Federal Court: Gas Station Franchisee Showed Violation Where Right of First Refusal Offer Was Not the Same

There is a federal law that governs franchisor-franchisee relationships among petroleum companies and gasoline stations called the Petroleum Marketing Practices Act (the “Act”). See 15 U.S.C. § 2801 et seq. The Act applies any time there is a franchise related to “the sale, consignment, or distribution of motor fuel.” When Congress enacted the Petroleum Marketing Practices Act, the concern was to prevent arbitrary or discriminatory discontinuance of franchise agreements. The Act gives the franchisee various rights and allows the franchisee to maintain civil actions against any franchisor who violates the Act.

With respect to termination or nonrenewal decisions, the Act requires that a franchisor only exercise its rights in good faith without any sort of self-dealing. Where the franchisor is terminating a franchise because the franchisor is selling the underlying property, the Petroleum Marketing Practices Act imposes additional requirements. Such a sale may only be made if

  • The sale be in “good faith and in the normal course of business” and
  • Either the franchisor makes a bona fide offer to sell the property to the franchisee
  • Or the franchisor offers the franchisee a right of first refusal to purchase the property at the same price and on the same conditions as the offer to the third party

See Petroleum Marketing Practices Act, § 2802(b)(3)(D). As a recent case demonstrates, a franchisor violates the Act if the right of first refusal is not at the same price and on the same conditions as the offer to the third party. See Abe & Nahed, Inc. v. Global Companies LLC, No. 18-12425-FDS (US Dist. Mass. May 28, 2019). If you are a franchisor or franchisee here in the Golden State facing this situation, it is essential to hire an experienced San Diego corporate attorney to review the terms and conditions of the franchise agreements, the right of first refusal, and the related documents.

In Abe & Nahed case, the gasoline station originally leased from ExxonMobil Oil Corporation, Exxon transferred the underlying property to Global Companies, LLC (“Global”). In the normal course of business, Global decided to sell the underlying property and gave a notice of termination to the franchisees, Abe & Nahed, Inc (“A&NI”). As required by the Act, Global offered Abe & Nahed, Inc. a right of first refusal. But a detailed reading of the right of first refusal and the related property sale/purchase documents showed that the offer to A&NI was not on the same terms and conditions than the offer to the prospective third party buyer. In particular, there was a provision in the property sale/purchase that specifies that, if the property was to be used for the storage or sale of petroleum products at any time over the next 50 years, then the products must be supplied by Global. Because A&NI intended to continue operating as a gas station, this provision applied to them. However, the prospective third-party buyer did not intend to sell gasoline and petroleum products. As such, A&NI faced potentially higher costs than those imposed on the prospective third-party buyer. Further, the right of first refusal and the property purchase/sale agreement imposed more obligations on A&NI than those imposed under the franchisor-franchisee agreements. That is not allowed by the Petroleum Marketing Practices Act.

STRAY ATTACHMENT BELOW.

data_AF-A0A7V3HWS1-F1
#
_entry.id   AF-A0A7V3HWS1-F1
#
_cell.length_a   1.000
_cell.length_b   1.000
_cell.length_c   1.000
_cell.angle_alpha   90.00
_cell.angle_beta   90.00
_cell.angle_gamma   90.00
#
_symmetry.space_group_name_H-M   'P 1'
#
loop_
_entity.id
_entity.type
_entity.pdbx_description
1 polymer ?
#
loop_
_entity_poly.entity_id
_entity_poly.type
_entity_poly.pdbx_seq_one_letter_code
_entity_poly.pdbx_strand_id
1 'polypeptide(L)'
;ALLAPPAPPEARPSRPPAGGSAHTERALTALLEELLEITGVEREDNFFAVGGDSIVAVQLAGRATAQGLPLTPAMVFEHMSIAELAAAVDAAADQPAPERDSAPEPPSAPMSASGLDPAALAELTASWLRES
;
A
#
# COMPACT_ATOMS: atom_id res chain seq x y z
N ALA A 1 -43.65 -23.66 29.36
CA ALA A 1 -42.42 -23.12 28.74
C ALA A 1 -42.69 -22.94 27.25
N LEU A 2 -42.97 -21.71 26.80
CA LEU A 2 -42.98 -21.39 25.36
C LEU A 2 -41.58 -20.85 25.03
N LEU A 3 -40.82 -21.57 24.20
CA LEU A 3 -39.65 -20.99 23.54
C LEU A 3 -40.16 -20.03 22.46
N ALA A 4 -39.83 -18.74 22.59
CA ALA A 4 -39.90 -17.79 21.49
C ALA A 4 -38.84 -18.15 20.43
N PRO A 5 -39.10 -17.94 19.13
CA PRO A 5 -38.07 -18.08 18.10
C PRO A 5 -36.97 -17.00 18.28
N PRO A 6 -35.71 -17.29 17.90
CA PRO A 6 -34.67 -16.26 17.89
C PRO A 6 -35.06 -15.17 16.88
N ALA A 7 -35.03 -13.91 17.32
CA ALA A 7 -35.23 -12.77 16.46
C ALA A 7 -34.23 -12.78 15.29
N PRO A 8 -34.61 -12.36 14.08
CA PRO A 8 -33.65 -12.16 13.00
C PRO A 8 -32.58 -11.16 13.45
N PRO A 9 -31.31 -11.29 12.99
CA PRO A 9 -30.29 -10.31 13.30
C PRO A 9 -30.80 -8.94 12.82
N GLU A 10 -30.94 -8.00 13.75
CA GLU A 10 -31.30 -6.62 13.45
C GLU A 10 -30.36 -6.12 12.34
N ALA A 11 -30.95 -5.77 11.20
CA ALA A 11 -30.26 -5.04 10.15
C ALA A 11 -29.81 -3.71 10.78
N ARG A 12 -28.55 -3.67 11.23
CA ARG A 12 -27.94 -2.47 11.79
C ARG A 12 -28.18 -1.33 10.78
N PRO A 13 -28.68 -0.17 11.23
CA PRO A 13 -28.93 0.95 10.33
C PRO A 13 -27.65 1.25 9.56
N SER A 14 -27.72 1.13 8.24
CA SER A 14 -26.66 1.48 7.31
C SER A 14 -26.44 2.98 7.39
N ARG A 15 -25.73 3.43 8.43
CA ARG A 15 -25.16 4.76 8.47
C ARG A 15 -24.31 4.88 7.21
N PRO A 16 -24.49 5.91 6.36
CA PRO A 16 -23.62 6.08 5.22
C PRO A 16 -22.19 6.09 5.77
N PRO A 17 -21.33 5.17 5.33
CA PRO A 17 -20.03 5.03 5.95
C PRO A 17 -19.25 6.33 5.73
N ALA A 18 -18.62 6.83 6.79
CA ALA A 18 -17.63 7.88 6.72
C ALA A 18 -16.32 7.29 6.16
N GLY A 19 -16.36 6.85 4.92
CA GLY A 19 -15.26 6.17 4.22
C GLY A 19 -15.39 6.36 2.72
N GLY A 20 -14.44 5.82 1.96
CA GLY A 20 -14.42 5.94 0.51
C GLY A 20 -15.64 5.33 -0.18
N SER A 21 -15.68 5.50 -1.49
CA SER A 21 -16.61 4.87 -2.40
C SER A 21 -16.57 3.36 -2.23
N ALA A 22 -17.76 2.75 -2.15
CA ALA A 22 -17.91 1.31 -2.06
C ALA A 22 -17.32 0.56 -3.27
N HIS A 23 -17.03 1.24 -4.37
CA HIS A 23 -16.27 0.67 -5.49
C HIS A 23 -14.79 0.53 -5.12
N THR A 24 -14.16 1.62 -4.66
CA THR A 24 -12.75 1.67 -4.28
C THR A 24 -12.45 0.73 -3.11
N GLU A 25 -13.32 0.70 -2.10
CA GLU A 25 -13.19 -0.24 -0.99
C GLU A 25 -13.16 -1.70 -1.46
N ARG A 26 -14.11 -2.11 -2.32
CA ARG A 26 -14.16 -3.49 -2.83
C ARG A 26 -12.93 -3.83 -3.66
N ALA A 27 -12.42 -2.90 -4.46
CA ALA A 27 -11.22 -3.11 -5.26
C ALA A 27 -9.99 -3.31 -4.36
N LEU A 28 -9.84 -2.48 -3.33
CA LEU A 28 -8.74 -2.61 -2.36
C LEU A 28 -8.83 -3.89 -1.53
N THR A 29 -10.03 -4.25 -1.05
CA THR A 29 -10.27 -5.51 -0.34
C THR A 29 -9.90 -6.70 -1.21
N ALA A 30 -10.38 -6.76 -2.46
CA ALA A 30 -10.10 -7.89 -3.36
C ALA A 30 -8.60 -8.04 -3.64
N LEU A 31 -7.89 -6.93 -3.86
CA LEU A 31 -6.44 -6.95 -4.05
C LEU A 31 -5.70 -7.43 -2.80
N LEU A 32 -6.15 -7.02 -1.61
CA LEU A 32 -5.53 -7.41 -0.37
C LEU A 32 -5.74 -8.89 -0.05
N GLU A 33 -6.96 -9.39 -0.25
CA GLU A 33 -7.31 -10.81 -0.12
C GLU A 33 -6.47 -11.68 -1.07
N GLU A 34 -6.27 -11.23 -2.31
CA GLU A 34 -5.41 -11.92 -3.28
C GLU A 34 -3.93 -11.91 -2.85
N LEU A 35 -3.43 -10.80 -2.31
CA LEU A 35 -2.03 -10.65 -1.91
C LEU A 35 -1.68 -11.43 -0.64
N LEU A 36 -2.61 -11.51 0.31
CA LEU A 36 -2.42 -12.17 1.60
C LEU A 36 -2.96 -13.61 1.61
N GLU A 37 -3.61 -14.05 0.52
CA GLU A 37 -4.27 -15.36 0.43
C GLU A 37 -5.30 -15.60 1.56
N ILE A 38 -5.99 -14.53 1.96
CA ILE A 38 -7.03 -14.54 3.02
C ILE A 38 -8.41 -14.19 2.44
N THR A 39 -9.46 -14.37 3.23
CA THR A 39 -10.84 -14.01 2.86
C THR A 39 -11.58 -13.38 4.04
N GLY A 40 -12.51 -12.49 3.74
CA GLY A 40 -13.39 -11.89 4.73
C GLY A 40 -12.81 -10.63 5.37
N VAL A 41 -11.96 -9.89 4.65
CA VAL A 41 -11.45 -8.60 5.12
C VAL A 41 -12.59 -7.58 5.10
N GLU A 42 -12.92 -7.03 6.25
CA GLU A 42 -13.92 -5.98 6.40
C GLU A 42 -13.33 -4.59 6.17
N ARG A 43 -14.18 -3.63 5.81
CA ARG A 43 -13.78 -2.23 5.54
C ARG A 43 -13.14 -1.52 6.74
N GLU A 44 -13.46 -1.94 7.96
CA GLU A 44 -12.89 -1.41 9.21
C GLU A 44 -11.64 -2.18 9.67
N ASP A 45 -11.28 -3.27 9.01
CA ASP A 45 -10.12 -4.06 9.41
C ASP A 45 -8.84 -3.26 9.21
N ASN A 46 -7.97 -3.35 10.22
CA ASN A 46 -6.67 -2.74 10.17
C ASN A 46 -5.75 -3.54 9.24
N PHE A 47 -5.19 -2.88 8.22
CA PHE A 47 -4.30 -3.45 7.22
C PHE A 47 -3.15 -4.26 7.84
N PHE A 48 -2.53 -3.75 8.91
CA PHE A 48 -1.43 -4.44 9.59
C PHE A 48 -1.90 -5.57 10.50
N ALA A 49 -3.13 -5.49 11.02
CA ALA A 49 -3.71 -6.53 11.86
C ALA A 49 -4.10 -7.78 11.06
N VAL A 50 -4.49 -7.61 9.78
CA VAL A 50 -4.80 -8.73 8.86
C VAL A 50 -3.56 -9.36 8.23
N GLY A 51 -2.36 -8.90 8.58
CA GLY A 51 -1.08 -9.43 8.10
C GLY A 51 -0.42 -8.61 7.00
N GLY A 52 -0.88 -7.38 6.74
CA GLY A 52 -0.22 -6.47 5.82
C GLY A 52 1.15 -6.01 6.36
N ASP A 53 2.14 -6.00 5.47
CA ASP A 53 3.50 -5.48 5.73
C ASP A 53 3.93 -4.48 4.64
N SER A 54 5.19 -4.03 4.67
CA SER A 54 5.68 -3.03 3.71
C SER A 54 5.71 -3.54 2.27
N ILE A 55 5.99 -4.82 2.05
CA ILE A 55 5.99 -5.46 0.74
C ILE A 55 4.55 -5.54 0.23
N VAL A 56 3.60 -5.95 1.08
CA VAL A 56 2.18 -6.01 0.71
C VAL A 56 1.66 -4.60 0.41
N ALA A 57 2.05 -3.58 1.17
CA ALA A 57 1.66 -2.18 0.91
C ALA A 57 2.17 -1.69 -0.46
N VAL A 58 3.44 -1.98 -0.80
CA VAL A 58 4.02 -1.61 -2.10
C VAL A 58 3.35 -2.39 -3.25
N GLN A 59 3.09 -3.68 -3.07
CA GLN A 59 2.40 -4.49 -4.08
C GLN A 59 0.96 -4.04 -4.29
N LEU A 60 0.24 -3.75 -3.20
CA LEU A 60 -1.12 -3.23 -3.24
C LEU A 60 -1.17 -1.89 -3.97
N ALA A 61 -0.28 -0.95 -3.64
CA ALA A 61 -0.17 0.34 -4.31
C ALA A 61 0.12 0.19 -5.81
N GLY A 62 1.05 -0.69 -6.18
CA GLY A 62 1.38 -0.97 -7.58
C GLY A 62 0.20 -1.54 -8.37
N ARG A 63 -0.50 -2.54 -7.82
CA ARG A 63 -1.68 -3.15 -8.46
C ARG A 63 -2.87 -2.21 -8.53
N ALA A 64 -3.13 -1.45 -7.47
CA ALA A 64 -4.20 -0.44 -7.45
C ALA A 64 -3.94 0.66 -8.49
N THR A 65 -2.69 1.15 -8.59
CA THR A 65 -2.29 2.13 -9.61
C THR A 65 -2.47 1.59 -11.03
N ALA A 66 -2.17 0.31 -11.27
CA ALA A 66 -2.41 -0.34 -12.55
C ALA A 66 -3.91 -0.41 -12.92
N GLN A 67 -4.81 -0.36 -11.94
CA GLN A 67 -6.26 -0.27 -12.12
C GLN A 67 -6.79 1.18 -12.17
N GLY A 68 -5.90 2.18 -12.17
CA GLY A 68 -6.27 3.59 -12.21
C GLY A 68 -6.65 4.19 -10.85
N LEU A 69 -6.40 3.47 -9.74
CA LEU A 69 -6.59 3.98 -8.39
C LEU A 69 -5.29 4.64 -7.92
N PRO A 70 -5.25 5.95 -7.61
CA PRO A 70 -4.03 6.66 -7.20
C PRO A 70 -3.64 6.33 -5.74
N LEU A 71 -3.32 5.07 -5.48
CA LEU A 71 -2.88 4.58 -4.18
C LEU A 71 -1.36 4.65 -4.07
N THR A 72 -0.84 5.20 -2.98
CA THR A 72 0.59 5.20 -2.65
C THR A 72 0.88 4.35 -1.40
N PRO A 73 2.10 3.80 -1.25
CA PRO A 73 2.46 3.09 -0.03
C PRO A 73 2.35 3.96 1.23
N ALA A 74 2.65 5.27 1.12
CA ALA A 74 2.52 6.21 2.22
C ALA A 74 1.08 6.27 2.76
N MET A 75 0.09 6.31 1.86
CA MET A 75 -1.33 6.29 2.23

Upon discovering these details, A&NI brought suit in federal court in Massachusetts. Since the Act applies evenly across the country, cases decided in other states are important to gasoline franchisees here in California. A&NI argued that the right of first refusal was not for the same price because it was not on the same terms and conditions and that, therefore, Global had violated the Act. Because A&NI would be required to buy petroleum products from Global for the next 50 years, the cost to A&NI was substantially higher than the cost to the third-party. The court agreed with A&NI and denied Global’s efforts to have the case dismissed. The court concluded that, as presented, A&NI had made a proper claim for violation of the Act.

Contact San Diego Corporate Law

For more information, contact franchise law attorney Michael Leonard, Esq. of San Diego Corporate Law by email or by calling (858) 483-9200. Mr. Leonard has the experience to review your franchise disclosure documents and agreements, help with the purchase (or sale) of a San Diego franchise, and assist with any business-related matter. Like us on Facebook.

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